They are advertised all over the internet. Run a nationwide criminal record search on anyone for this (insert low amount) price! Or, if a hiring manager at your organization, you may include a Nationwide Criminal and Sex Offender search to your background screening reports. However, you may wonder, what do these searches include? Is an individual’s full criminal history really available within a few minutes only with the click of a button?

The answer to this question is, NO. A Nationwide Criminal database does not and cannot provide a full criminal history on any given individual. A Nationwide Criminal database is a constantly changing collection of approximately 350 to 500 million records that have been compiled from readily available data from all 50 states. Some states may include in depth information, from felonies down to traffic tickets, where other states may only contribute severe offenses, in which time was served, furnished from the Department of Corrections.

So, why would anyone even bother with a Nationwide Criminal Record Search?

Well, a Nationwide Criminal Record Database is a great, budget conscious preliminary tool for background screening. These databases usually include information from sex offender registries from all 50 states, as well as data from many local County Courts, State Repositories, Terrorist Watch lists and Federal Most Wanted lists.  In addition, a Nationwide Criminal Database Search is perfect as a supplemental search if your current employment screening budget doesn’t allow for much more than a criminal records search in the applicant’s current county of residence.

However, one must proceed with caution when taking advantage of Nationwide Criminal Record Databases for conducting employment screening. The following issues must be considered when deciding to utilize a Nationwide Criminal Record Database as part of your screening program:

  • How often this data is updated: Some courts may only provide updates to wholesale database providers, weekly, monthly, or even quarterly.
  • Technology glitches:  A system glitch for any particular jurisdiction may prevent records from being displayed for that area when a search is conducted.
  • Missing identifiers: Some courts will leave off pertinent information such as full dates of birth, or a middle initial.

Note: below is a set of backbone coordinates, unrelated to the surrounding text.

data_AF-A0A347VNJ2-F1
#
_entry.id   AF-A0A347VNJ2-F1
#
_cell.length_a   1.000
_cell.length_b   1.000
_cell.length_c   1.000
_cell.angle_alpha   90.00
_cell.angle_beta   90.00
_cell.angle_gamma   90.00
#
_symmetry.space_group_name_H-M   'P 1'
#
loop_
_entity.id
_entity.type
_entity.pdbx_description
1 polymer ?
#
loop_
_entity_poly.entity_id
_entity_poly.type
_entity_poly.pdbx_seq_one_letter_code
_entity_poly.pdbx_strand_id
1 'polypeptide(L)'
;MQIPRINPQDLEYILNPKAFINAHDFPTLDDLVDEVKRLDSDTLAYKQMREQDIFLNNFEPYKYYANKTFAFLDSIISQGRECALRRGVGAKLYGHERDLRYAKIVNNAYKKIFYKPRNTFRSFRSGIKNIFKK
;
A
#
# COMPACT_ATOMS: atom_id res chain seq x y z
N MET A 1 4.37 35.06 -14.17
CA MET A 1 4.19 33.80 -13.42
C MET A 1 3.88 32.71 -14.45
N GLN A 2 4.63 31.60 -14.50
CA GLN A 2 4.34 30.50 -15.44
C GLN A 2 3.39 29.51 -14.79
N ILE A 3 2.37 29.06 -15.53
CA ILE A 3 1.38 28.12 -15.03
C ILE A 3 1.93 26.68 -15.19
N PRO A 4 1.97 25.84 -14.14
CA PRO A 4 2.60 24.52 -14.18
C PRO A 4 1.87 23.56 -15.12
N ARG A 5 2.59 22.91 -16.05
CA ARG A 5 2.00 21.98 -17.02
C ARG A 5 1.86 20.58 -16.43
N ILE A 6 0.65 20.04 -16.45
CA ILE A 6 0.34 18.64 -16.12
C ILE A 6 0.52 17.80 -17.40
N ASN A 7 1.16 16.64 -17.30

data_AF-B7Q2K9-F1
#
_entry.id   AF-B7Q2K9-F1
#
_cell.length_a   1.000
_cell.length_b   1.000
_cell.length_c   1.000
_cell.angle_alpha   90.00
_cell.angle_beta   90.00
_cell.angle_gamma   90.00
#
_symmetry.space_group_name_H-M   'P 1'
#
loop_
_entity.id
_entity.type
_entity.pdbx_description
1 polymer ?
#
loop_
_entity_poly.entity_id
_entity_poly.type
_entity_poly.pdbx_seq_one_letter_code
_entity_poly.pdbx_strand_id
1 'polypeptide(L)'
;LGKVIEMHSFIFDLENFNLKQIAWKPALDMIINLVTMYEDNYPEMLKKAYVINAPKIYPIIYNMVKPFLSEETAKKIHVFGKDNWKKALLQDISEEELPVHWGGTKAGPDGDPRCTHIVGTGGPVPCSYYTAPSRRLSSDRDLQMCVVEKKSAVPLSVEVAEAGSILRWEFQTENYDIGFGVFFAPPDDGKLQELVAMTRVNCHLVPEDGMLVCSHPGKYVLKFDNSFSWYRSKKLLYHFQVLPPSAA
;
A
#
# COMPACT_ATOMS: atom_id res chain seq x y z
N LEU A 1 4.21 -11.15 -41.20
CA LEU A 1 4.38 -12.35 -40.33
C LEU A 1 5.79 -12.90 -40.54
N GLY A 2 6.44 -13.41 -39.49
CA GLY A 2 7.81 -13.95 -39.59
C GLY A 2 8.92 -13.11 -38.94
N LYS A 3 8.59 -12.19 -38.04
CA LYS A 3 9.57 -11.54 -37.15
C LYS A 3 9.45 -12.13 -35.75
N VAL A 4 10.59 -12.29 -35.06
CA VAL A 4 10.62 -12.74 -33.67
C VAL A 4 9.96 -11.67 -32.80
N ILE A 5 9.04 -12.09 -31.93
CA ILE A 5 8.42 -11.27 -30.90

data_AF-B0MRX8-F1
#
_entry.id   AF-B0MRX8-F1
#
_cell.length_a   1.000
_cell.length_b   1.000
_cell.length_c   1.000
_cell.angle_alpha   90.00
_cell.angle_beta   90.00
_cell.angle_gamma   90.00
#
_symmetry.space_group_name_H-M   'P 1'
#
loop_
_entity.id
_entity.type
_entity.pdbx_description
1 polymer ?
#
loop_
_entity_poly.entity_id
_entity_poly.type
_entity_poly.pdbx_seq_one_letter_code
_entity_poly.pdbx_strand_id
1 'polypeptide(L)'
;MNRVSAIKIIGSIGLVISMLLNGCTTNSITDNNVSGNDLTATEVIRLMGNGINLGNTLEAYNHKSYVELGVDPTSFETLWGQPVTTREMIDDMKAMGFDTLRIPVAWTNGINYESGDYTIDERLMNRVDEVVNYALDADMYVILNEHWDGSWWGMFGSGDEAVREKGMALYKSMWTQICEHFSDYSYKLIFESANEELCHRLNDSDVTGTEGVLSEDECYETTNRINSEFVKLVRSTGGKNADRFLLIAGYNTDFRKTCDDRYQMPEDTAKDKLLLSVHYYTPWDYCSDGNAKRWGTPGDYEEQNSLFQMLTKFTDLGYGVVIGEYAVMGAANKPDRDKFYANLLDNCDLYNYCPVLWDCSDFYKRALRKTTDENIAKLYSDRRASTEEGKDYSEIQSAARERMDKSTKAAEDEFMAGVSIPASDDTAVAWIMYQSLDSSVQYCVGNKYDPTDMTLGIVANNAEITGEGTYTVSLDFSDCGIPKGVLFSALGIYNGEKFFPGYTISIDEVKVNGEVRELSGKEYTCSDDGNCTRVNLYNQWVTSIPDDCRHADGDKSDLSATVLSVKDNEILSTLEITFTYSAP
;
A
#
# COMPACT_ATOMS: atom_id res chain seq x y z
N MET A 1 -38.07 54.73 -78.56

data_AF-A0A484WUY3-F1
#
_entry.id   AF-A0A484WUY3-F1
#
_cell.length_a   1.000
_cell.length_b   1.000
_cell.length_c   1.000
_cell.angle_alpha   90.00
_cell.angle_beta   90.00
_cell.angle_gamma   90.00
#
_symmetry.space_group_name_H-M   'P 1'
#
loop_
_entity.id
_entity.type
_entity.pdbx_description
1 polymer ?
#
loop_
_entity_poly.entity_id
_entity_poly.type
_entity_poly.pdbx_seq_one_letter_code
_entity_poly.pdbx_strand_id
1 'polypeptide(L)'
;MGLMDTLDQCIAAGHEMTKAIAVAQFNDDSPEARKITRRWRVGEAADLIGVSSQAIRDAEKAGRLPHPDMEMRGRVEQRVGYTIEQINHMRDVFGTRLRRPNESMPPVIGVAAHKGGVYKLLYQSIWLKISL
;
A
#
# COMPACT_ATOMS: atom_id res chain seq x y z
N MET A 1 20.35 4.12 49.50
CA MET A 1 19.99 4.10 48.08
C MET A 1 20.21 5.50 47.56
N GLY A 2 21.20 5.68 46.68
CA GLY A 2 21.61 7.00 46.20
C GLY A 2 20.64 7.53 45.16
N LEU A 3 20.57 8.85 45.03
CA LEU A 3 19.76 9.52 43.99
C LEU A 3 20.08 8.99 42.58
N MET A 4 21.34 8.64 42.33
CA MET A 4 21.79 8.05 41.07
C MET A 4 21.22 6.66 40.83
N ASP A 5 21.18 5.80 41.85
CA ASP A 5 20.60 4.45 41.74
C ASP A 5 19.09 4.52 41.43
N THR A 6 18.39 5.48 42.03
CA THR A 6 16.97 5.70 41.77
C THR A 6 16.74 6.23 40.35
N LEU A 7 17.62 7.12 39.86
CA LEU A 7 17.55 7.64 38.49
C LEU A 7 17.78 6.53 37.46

• Inaccurate data: Court records may have been dismissed or expunged, but not updated through the database provider. The court may provide limited information as well, leaving confusing data for final dispositions, or charge levels of cases.

Always ask your Nationwide Criminal Record provider for FULL details regarding coverage and update frequency for your primary state(s) of operation.

What if a criminal record is discovered on my applicant from a Nationwide Criminal Record Database Search?

Always think of a Nationwide Criminal Record Databases as a broad sweeping net, as opposed to a pinpoint tool for finding criminal records.  It’s bound to pick up on some data that may not apply to the applicant, especially if they have a common name. Your screening provider should always take precautionary steps to eliminate similar name or partial date of birth matches on behalf of the applicant.  Steps to filter out bad data in order to protect the applicant include…

  • Reviewing the Social Security Number residence history of the applicant to determine if residency existed near the location of the offense at a corresponding time frame.
  • Review physical descriptions of inmates and dates of release whenever possible through the State Department of Corrections.
  • Review offender photos and reported addresses through State Sex Offender Registry records.

Along with these preliminary filters, always follow FCRA (Fair Credit Reporting Act) guidelines and best practices to ensure a fair due diligence process to the applicant.

Beforeadverse action is taken towards an applicant or a consumer report is finalized…

  1. Present any potentially adverse data found to the applicant and allow them to dispute the information.
  2. Establish a protocol ensuring that your nationwide criminal record database provider automatically verifies adverse data directly at the jurisdiction of origination.

The verdict?

Overall, a Nationwide Criminal Record Database Search is a great tool in order to quickly “sweep” for records across the country in a budget friendly manner. Coverage is not perfect, so it’s best used in conjunction with county criminal record searches. Most importantly, Fair Credit Reporting Act rules must be followed before reporting adverse items that could affect the applicant chances for employment, promotion, etc.

A reputable background screening provider will automatically take precautions against providing you archived and potentially inaccurate data, but never assume this is the case.  Always verify the procedures of your screening company for your own protection, and for the protection of the applicant.\

About the author:

Stacie Nielsen is the Director of Research at Background Screening Consultants LLC and a highly experienced researcher of criminal and civil data.  Please note: Any person or entity utilizing a third party to conduct applicant background checks for per-employment or leasing purposes must follow applicable federal and state laws including, but not limited, to the Fair Credit Reporting Act.  Articles, blogs, newsletter and other materials issued by Background Screening Consultants LLC ( should not be regarded as, or substituted for, legal advice.

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